March 25, 2018
Jonathan Rumburg
Mark 11:1-11


In March of 1983 a maddening buzz was building.

That was the year—35 years ago— when the North Carolina State University Wolfpack squeaked into the NCAA basketball tournament.  Called “The Cardiac Pack,” these players and their young coach starred in the greatest Cinderella story in the history of college basketball.

At the beginning of the month, no one was paying much attention to the Wolfpack.  But Coach Jimmy Valvano—or Coach V— and his team began to march through the brackets.

They beat Pepperdine, UNLV, Utah and then the powerful Virginia Cavaliers to make it to the coveted Final Four.  And now in the Final Four fans were greeting them at the airport like they were rock stars, and the pep rallies around N.C. State became legendary.

Coach V was at the center of it all—a joyous entertainer in front of a crowd, but more importantly, a master motivator on the sidelines.

NC State beat Georgia in their semi-final game.  But in reaching the title game it looked as if the Wolfpack’s Cinderella story was about to hit midnight.  They faced a star-studded team from the University of Houston, which included Hakeem Olajuwon and Clyde Drexler—players who would both go on to Hall of Fame careers in the NBA.  But when all the players took the court, they produced one of the greatest basketball games of all time, ending in a stunning final sequence.

With the score tided and mere seconds to go, the Wolfpack’s Dereck Whittenburg threw up a 30-foot shot to win the game—and hit nothing but… air.

But as fate would have it, the Wolfpack’s Lorenzo Charles was right there at the basket to collect that errant shot that became a serendipitous pass.  He caught it mid-jump, and slammed it home for an N.C. State National Championship.

Needless to say, the crowd went wild and madness ensued.  Players and fans stormed the court in jubilation, perhaps none more jubilant than Coach V., who sprinted around the court, looking for someone to hug.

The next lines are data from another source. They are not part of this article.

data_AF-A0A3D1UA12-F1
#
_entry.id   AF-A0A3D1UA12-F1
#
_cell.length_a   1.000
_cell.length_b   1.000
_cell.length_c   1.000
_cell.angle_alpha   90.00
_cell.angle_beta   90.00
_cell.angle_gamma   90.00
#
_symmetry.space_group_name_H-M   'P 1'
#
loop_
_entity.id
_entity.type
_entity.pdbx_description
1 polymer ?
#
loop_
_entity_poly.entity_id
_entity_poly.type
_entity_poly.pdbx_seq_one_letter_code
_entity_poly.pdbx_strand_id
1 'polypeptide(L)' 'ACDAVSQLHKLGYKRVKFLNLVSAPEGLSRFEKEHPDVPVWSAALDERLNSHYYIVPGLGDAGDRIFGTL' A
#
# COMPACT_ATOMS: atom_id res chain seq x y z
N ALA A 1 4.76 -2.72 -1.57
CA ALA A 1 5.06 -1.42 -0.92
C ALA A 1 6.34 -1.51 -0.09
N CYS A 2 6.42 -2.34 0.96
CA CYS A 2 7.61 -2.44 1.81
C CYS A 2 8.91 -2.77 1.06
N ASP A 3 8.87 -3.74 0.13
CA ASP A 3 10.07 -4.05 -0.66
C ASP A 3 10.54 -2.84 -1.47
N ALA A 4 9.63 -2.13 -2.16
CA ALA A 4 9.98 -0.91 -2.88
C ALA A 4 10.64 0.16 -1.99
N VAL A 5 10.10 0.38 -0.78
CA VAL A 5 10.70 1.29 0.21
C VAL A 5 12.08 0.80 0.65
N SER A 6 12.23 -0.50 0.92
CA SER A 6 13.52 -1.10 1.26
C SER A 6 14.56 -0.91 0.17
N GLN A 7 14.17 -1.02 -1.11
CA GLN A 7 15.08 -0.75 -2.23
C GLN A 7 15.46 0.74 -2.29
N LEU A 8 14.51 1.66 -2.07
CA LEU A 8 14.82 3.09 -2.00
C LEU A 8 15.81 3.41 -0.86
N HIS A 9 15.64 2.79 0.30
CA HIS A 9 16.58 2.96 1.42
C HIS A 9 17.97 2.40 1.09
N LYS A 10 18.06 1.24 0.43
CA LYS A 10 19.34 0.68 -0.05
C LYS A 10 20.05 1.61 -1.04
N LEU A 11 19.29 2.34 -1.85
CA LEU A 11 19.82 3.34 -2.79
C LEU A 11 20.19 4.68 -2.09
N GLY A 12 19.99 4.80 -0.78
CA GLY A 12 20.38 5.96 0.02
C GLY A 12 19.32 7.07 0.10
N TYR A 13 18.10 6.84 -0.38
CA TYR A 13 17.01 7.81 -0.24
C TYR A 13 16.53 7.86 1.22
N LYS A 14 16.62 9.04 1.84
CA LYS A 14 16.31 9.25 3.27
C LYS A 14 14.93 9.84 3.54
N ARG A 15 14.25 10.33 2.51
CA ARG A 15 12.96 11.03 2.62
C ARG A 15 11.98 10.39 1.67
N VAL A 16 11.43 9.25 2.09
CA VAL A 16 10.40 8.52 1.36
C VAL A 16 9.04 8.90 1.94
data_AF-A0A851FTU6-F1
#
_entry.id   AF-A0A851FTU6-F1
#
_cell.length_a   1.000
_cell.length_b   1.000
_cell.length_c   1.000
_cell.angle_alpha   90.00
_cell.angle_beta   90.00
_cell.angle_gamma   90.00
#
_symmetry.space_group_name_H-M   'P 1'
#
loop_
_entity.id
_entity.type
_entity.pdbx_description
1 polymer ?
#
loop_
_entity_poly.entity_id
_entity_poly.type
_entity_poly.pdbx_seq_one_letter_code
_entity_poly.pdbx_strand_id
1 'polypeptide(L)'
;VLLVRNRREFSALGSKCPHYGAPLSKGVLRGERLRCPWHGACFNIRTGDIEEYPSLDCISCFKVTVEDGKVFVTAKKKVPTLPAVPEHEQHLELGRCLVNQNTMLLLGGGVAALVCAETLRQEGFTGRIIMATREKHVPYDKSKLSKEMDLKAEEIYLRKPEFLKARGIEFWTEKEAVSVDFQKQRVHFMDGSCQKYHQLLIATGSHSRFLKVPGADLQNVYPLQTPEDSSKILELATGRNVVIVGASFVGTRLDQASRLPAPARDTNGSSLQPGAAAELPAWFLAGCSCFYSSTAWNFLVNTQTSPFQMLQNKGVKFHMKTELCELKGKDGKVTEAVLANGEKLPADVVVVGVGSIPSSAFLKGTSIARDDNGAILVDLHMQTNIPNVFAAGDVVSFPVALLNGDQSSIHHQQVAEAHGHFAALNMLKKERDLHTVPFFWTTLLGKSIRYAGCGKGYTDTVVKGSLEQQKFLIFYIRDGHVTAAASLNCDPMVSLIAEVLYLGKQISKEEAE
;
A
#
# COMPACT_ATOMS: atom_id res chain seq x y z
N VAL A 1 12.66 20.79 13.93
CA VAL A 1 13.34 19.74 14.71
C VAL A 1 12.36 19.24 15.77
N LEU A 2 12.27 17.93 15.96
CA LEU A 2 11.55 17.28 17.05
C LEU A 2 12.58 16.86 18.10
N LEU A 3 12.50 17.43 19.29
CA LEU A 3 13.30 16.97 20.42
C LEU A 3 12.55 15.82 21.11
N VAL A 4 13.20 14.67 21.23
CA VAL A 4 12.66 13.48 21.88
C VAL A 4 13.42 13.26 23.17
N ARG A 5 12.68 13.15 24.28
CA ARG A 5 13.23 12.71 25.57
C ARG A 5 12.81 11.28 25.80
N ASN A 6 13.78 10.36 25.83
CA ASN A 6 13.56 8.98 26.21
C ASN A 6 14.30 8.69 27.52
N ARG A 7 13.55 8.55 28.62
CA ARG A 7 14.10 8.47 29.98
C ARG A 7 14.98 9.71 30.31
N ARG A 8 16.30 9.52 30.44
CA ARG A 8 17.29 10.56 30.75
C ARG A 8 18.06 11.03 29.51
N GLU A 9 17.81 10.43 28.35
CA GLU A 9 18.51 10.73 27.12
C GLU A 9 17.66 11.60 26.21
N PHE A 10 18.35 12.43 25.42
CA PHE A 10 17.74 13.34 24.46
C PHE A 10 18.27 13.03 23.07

Video footage of this incredible moment is still played every year during the tournament because nothing says “March Madness” like this moment from the 1983 national championship 35 years ago.

It tugs on our hearts especially because just 10 years later Coach V. died of cancer.


          It’s fitting to mention this because right now the country is mired in March madness.  So take that mental image we just saw—the image of the champions joyously racing out to center court when the final buzzer sounds—and place it in Jerusalem.

The year is not 1983, but more like A.D. 33.  Energy and excitement is building as thousands of Jews gather for their celebration of Passover in the holy city.  A march is staged by Jesus and his disciples, and before you know it— madness!

Just as fans make their bracket picks and try to guess who will make it to the Final Four, residents of Jerusalem were trying to figure out who would come out on top.

Some of the locals were betting on a new ruler who would establish the kingdom of their ancestor David.

Others in Jerusalem wanted a religious leader such as the high priest to come out on top.

The Roman imperial political machine wanted their appointee Pilate to keep the peace through a show of military force.

And the disciples wanted Jesus to be their champion.

This Final Four begins when we watch as Jesus marches into Jerusalem on a thrilling and unpredictable ride.  Every opponent he faces is going to test him and try to defeat him.

In this single-elimination tournament, there are no do-overs and no second chances.  We hope Jesus will cut through the chaos and emerge as the champion.  But what kind of winner do we want him to be?  And what kind of champion does God want him to be?

Move 1

Jesus was clearly a team player, not a ball hog. 

Mark tells us that when Jesus and the disciples approached Jerusalem, Jesus sent two of them ahead to find a colt.  He said if anyone questioned them, they were to say, “The Lord needs it and will send it back here immediately.”

“The Lord needs it.”  What a surprising admission.  Jesus needed a stranger to provide him with an animal so he could make his march.  You wouldn’t think the all-powerful Son of God would need anything, but Mark reveals he did.  He needed a colt and a cooperative animal owner.

Jesus was not going to enter Jerusalem on a war chariot, beating his chest and calling attention to himself.  He needed others to do this with him.  In basketball language, you would say Jesus was a team player, not a ball hog.

So this sets up a critical question… What does the Lord need from you?

Probably not a colt.  But how about your time, your efforts and your talents?  How about a contrite and humble heart.  How about a willingness to listen—to God and to others.